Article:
What do archaeological conservators do?
Conservators assist in the long-term preservation and study of archaeological material recovered by archaeologists. In the field, conservators work to protect fragile objects during excavation and transport to a lab or storage facility. In the lab, conservators document and analyze artifacts as well as stabilize these objects for study and interpretation.
Why do we conserve artifacts?
Some artifacts have the ability to tell archaeologists details about a site or group of people. By treating these objects we are able to learn how the objects are made, how they were used, who used them, and what their significance is within the greater context of the site.
What does conservation treatment cost?
Conservation is an expensive process, largely because of the amount of labor hours spent by conservators working directly on the objects. Due to their fragile nature, few objects can be treated by automated or chemical processes, for fear of losing important archaeological information or causing irreversible damage.
Many archaeological projects use pre-planning methods to prepare for conservation costs. Some types of object treatment can be organized in bulk or batch treatment to reduce costs.
How do conservators decide what treatments are needed?
There are many factors that go into determining what conservation treatments are used:
- selection of a treatment that will not cause additional damage to the object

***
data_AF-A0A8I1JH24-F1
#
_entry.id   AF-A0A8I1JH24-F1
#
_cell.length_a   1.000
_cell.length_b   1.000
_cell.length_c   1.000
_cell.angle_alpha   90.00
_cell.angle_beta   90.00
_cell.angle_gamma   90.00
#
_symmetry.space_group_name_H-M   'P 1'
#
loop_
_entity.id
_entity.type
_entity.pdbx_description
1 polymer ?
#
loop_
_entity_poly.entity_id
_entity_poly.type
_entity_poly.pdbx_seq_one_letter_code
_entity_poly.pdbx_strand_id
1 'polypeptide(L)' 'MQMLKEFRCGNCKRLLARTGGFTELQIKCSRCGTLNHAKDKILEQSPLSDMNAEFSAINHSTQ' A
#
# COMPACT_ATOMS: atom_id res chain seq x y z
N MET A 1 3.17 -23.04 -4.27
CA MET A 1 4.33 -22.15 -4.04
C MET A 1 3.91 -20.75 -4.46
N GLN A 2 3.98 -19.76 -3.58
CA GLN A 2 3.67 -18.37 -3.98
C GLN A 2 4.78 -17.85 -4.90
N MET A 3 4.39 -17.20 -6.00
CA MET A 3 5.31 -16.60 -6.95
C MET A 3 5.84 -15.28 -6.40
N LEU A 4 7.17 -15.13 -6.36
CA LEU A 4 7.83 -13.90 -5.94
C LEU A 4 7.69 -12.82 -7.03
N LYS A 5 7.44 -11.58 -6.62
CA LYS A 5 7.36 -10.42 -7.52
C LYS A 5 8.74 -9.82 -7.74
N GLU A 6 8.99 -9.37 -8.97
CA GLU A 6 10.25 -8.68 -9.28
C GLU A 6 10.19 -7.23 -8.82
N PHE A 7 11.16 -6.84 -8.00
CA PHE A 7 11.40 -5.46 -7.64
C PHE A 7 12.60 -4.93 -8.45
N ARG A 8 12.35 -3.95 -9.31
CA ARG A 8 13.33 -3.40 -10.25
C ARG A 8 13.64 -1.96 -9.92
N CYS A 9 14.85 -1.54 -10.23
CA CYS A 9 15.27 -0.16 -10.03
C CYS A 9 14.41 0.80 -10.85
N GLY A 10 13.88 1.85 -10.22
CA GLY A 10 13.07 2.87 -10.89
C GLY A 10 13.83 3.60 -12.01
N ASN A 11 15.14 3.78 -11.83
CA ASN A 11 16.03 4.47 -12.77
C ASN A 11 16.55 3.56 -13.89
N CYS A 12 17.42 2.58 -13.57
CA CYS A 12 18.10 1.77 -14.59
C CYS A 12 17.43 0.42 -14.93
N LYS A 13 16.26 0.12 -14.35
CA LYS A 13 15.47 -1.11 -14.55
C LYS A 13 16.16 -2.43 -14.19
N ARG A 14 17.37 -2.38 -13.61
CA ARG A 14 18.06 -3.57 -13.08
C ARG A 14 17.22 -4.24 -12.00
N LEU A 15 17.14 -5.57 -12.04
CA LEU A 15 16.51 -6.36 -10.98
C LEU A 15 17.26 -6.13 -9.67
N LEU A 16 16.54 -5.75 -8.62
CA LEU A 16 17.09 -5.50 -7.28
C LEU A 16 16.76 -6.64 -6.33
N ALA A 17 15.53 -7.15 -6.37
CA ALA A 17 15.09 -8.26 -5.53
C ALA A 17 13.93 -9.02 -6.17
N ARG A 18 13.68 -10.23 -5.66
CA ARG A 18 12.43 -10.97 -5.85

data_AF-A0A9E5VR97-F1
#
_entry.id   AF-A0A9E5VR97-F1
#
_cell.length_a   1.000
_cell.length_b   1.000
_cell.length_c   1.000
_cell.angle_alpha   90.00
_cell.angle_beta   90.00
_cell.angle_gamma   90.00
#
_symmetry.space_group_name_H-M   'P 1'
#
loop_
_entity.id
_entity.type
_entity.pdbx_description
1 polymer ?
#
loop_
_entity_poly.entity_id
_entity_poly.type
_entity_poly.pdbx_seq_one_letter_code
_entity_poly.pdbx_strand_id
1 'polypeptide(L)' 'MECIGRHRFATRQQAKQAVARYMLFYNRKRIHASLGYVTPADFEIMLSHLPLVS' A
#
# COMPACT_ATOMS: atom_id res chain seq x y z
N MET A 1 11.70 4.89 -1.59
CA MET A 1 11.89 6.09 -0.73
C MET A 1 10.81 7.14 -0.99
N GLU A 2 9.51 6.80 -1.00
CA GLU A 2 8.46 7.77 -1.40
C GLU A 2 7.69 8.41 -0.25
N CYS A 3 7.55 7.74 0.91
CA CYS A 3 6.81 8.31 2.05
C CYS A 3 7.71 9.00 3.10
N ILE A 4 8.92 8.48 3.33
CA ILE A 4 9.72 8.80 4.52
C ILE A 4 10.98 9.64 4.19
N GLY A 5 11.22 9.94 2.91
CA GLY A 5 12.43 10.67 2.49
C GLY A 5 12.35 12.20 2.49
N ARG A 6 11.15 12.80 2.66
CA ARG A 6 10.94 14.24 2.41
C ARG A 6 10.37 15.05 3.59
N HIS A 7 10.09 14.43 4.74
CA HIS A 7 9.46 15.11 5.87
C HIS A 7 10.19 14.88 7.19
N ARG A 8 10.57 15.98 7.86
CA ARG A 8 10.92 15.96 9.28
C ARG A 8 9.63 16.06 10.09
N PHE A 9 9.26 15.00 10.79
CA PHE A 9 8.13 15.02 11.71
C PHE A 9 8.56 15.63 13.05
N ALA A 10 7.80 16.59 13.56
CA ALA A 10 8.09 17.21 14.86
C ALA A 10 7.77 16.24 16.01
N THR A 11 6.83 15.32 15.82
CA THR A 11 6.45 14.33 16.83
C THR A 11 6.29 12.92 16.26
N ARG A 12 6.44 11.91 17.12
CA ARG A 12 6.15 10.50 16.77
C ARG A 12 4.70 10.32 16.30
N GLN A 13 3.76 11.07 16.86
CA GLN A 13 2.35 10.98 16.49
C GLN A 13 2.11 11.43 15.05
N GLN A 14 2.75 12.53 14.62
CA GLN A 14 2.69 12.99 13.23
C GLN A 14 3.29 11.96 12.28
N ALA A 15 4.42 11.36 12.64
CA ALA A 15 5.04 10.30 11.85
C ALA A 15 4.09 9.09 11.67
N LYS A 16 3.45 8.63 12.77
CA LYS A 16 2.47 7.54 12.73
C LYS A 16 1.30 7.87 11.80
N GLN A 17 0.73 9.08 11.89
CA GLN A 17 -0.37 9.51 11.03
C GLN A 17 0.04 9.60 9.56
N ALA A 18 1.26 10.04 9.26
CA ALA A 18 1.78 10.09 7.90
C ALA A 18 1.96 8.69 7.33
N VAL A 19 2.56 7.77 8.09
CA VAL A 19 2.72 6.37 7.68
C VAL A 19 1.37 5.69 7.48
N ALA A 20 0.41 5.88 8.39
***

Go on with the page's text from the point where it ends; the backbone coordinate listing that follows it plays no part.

- treatments or chemicals applied to the object should be as reversible as possible
- consideration of how the object will be used following treatment (museum display, research collection, etc.)
- available treatment facilities
Does the MAC Lab offer internships?
The Conservation Department accepts 3-6 month internship placements, depending on the individual's internship requirements. They can be full or part-time depending on circumstances. While it is useful to have a background in archaeology or conservation, it is not necessary. If you are interested in applying for an internship, please contact the Head Conservator.
The MAC Lab also takes on any willing and hard-working volunteers throughout the year. If you are interested in volunteering, please visit the volunteer pages of the website.
How can I get my artifacts treated?
The MAC Lab can only provide services to museums, non-profit organizations, government agencies and Cultural Resource Management firms. We are not able to treat objects belonging to private individuals, but will provide information on how to contact a private conservator upon request.
If you have a project requiring conservation treatment, please review our Service Rates on the Conservation Home Page and contact the Head Conservator who will review the needs of your objects and provide a cost estimate and treatment proposal.
What are some recent conservation projects at the MAC Lab?
AECOM: West Shipyard Excavation
Excavations along the Philadelphia waterfront exposed some of the city's earliest shipping wharfs occupied by shippers and tradespersons. The MAC Lab conservation department is assisting with the project by conducting x-radiography surveys of the recovered metal artifacts and stabilizing the many waterlogged organic objects recovered including a large assemblage of leather shoes.
George Washington's Mount Vernon
Conservators at the MAC Lab are assisting in the repair of glass window panes removed from the mansion at Mount Vernon. These glass panes are etched with signatures from guests to the house but have suffered cracks and breakage. Once repaired, the glass will be restored to the house by Mount Vernon's architectural preservation staff.
Alexandria Archaeology: Carlyle Warehouse
The first public building in Alexandria, VA was uncovered during development excavations. The wood foundations were removed by the MAC Lab conservation staff and will undergo polyethylene glycol impregnation followed by freeze drying, making it possible for the timbers to go on future display.